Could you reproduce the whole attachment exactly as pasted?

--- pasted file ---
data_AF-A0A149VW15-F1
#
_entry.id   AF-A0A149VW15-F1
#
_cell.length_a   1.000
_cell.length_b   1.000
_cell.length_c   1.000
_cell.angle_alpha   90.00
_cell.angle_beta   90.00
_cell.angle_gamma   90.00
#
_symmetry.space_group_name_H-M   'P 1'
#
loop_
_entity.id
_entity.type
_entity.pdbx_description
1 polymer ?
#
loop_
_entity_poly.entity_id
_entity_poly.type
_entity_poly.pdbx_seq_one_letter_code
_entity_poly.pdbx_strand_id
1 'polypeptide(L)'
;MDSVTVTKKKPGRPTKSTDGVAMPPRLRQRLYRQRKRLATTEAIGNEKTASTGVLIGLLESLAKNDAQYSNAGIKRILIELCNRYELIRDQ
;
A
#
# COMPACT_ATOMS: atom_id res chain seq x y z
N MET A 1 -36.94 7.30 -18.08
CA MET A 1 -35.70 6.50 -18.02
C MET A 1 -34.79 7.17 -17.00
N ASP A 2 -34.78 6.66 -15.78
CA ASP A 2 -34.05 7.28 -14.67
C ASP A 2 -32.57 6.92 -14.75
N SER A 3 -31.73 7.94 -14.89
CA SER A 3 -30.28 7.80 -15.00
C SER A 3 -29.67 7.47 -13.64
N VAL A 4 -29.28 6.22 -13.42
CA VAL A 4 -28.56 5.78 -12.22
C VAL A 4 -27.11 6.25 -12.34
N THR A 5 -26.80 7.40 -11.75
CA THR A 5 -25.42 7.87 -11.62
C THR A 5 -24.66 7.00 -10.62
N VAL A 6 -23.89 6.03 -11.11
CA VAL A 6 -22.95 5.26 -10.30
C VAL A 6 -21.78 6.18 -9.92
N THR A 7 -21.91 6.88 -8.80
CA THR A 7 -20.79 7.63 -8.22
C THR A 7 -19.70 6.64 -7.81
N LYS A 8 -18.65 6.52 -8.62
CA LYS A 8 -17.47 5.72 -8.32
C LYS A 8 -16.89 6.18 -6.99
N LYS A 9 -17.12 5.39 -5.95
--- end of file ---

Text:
data_AF-A0A149VW15-F1
#
_entry.id   AF-A0A149VW15-F1
#
_cell.length_a   1.000
_cell.length_b   1.000
_cell.length_c   1.000
_cell.angle_alpha   90.00
_cell.angle_beta   90.00
_cell.angle_gamma   90.00
#
_symmetry.space_group_name_H-M   'P 1'
#
loop_
_entity.id
_entity.type
_entity.pdbx_description
1 polymer ?
#
loop_
_entity_poly.entity_id
_entity_poly.type
_entity_poly.pdbx_seq_one_letter_code
_entity_poly.pdbx_strand_id
1 'polypeptide(L)'
;MDSVTVTKKKPGRPTKSTDGVAMPPRLRQRLYRQRKRLATTEAIGNEKTASTGVLIGLLESLAKNDAQYSNAGIKRILIELCNRYELIRDQ
;
A
#
# COMPACT_ATOMS: atom_id res chain seq x y z
N MET A 1 -36.94 7.30 -18.08
CA MET A 1 -35.70 6.50 -18.02
C MET A 1 -34.79 7.17 -17.00
N ASP A 2 -34.78 6.66 -15.78
CA ASP A 2 -34.05 7.28 -14.67
C ASP A 2 -32.57 6.92 -14.75
N SER A 3 -31.73 7.94 -14.89
CA SER A 3 -30.28 7.80 -15.00
C SER A 3 -29.67 7.47 -13.64
N VAL A 4 -29.28 6.22 -13.42
CA VAL A 4 -28.56 5.78 -12.22
C VAL A 4 -27.11 6.25 -12.34
N THR A 5 -26.80 7.40 -11.75
CA THR A 5 -25.42 7.87 -11.62
C THR A 5 -24.66 7.00 -10.62
N VAL A 6 -23.89 6.03 -11.11
CA VAL A 6 -22.95 5.26 -10.30
C VAL A 6 -21.78 6.18 -9.92
N THR A 7 -21.91 6.88 -8.80
CA THR A 7 -20.79 7.63 -8.22
C THR A 7 -19.70 6.64 -7.81
N LYS A 8 -18.65 6.52 -8.62
CA LYS A 8 -17.47 5.72 -8.32
C LYS A 8 -16.89 6.18 -6.99
N LYS A 9 -17.12 5.39 -5.95